PwC is betting that employers are the best choice for rolling out contact tracing at scale. The company’s new Automatic Contact Tracing service uses indoor geolocation to monitor the time and proximity of employee interactions at work.
Rob Mesirow, the principal for IoT services at PwC, said that he started researching contact tracing last month in response to the coronavirus along with his team that includes two epidemiologists and one epidemiologist/data scientist.
“I talked to a client who had a team of people that took 13 hours to do one trace,” he said. “People are having heart-wrenching conversations with people who are sick—it’s a horrible process.”
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PwC repurposed existing intellectual property initially used to track assets within a building. The service monitors ambient signals—the constant background field of 2.4- and 5-gigahertz radio signals—in an office environment to understand how and when employees interact. The technology decodes the signals and analyzes how these signals interact.
The goal for this enterprise-level contact tracing is to make it easier for human resources departments to conduct contact tracing and use the information to reduce the risk of coronavirus cases spreading within a company.
“What companies are struggling with is how to put the controls in place to provide employees with some degree of confidence to come back to the office,” he said.
PwC is beta testing the platform in its Shanghai, China office now and plans to roll out a commercial version of the product in May. While enterprise-level contact tracing will help corporations keep their own employees healthy, this service also will help cities flatten the curve.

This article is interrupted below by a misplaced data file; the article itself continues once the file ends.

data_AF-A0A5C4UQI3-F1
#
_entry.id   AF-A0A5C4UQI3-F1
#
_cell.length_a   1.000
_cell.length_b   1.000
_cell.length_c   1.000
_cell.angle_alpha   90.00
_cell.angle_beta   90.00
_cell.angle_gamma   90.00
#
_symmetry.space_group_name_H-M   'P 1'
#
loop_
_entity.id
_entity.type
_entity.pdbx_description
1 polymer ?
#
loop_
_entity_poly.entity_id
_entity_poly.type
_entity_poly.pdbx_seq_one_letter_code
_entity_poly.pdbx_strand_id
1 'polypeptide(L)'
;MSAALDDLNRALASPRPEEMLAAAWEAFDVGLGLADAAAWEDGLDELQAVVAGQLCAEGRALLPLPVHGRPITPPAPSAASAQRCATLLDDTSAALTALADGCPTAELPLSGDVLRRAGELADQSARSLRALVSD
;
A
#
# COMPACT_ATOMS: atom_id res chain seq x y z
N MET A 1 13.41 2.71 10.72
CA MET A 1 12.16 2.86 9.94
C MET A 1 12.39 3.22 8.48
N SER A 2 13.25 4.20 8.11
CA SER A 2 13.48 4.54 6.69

“If companies can pull sick people out quickly, they won’t be walking around infecting other people,” he said. “We expect a lot of adoption among our clients among the Fortune 500 and 1000, which represents about 35 million workers in densely populated urban environments.”
How the coronavirus contact tracing tool works
Employers can add the code for the contact tracing to an existing corporate app or have employees download a new app especially for this purpose.
To enable contact tracing, an employee downloads or updates the corporate app, enters a company email address, and consents to the data policy. The service runs in the background and records the time one employee interacts with another as well as the proximity of the other person.
If an employee reports a suspected or confirmed case of the coronavirus, the human resources department would use a dashboard to identify other employees the individual has come in contact with recently.
“The HR person asks some gating questions about symptoms and testing to verify someone is ill before doing the trace,” Mesirow said.
If the individual has a confirmed case of COVID-19, the HR representative enters the person’s email address in the tracing system and gets a list of contacts during a specified time frame. The system ranks each contact’s risk level—high, medium, or low—based on his or her proximity to the person with the virus.
“If we know two people were on the same floor but separated by several offices, the risk is low,” he said.
Mesirow said this extra layer of information allows HR departments to customize advice to employees and protect privacy at the same time.
“Enterprises have a lot of the command and control structures in place to handle sensitive information as well as HR professionals who take their jobs seriously,” he said.
Mesirow said the service uses geofencing to limit tracing to corporate offices only.
“Your risk factor is a calculation of distance and time, not location,” he said.
Planning the return to work
Based on dozens of calls with clients and his team’s work in developing the contact tracking service, Mesirow said that his framework for returning to in-person office operations includes three components:
- Monitor: This could include a daily report on health status and working conditions in the form of an app when an employee is working at home or temperature checks at the entrance of an office building when offices reopen.
- Educate: This uses technology to support social distancing, such as monitoring and managing activity on office floors to direct people to low occupancy spaces or tracking which high-use areas need additional cleaning.
- Protect: This is where contact tracing comes in as a way to build trust among employees that employers are taking steps to help people who are sick and protect the health of workers overall.
This story was updated on April 30, 2020.